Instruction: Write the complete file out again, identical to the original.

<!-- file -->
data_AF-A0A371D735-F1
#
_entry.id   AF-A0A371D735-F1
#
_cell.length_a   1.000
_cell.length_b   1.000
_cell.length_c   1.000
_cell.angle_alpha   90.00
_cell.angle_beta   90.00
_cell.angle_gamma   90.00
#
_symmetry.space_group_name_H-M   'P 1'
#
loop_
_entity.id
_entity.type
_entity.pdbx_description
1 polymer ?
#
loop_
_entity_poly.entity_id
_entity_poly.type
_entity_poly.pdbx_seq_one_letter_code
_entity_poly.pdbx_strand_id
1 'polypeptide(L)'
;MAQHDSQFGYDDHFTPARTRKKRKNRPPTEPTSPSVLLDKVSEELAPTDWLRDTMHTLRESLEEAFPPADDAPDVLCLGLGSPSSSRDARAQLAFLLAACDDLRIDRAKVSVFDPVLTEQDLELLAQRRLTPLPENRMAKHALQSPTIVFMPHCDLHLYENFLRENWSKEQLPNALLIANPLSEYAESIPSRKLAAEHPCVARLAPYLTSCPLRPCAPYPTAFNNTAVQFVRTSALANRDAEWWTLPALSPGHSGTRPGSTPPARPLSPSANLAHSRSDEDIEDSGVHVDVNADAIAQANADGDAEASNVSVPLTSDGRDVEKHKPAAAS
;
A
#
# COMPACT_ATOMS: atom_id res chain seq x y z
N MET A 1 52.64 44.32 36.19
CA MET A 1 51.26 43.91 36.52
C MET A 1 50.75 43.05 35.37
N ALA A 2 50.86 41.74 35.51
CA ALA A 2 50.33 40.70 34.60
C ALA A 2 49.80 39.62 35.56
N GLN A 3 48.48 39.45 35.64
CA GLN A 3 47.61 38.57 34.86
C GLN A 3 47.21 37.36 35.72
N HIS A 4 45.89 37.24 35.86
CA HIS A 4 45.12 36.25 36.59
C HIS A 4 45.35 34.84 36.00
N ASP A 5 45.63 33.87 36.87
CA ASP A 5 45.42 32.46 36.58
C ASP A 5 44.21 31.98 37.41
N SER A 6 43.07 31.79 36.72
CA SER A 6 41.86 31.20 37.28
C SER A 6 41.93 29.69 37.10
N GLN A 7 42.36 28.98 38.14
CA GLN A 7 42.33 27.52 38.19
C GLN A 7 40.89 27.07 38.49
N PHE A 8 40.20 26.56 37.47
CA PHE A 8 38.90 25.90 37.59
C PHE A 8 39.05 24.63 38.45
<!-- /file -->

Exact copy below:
data_AF-A0A371D735-F1
#
_entry.id   AF-A0A371D735-F1
#
_cell.length_a   1.000
_cell.length_b   1.000
_cell.length_c   1.000
_cell.angle_alpha   90.00
_cell.angle_beta   90.00
_cell.angle_gamma   90.00
#
_symmetry.space_group_name_H-M   'P 1'
#
loop_
_entity.id
_entity.type
_entity.pdbx_description
1 polymer ?
#
loop_
_entity_poly.entity_id
_entity_poly.type
_entity_poly.pdbx_seq_one_letter_code
_entity_poly.pdbx_strand_id
1 'polypeptide(L)'
;MAQHDSQFGYDDHFTPARTRKKRKNRPPTEPTSPSVLLDKVSEELAPTDWLRDTMHTLRESLEEAFPPADDAPDVLCLGLGSPSSSRDARAQLAFLLAACDDLRIDRAKVSVFDPVLTEQDLELLAQRRLTPLPENRMAKHALQSPTIVFMPHCDLHLYENFLRENWSKEQLPNALLIANPLSEYAESIPSRKLAAEHPCVARLAPYLTSCPLRPCAPYPTAFNNTAVQFVRTSALANRDAEWWTLPALSPGHSGTRPGSTPPARPLSPSANLAHSRSDEDIEDSGVHVDVNADAIAQANADGDAEASNVSVPLTSDGRDVEKHKPAAAS
;
A
#
# COMPACT_ATOMS: atom_id res chain seq x y z
N MET A 1 52.64 44.32 36.19
CA MET A 1 51.26 43.91 36.52
C MET A 1 50.75 43.05 35.37
N ALA A 2 50.86 41.74 35.51
CA ALA A 2 50.33 40.70 34.60
C ALA A 2 49.80 39.62 35.56
N GLN A 3 48.48 39.45 35.64
CA GLN A 3 47.61 38.57 34.86
C GLN A 3 47.21 37.36 35.72
N HIS A 4 45.89 37.24 35.86
CA HIS A 4 45.12 36.25 36.59
C HIS A 4 45.35 34.84 36.00
N ASP A 5 45.63 33.87 36.87
CA ASP A 5 45.42 32.46 36.58
C ASP A 5 44.21 31.98 37.41
N SER A 6 43.07 31.79 36.72
CA SER A 6 41.86 31.20 37.28
C SER A 6 41.93 29.69 37.10
N GLN A 7 42.36 28.98 38.14
CA GLN A 7 42.33 27.52 38.19
C GLN A 7 40.89 27.07 38.49
N PHE A 8 40.20 26.56 37.47
CA PHE A 8 38.90 25.90 37.59
C PHE A 8 39.05 24.63 38.45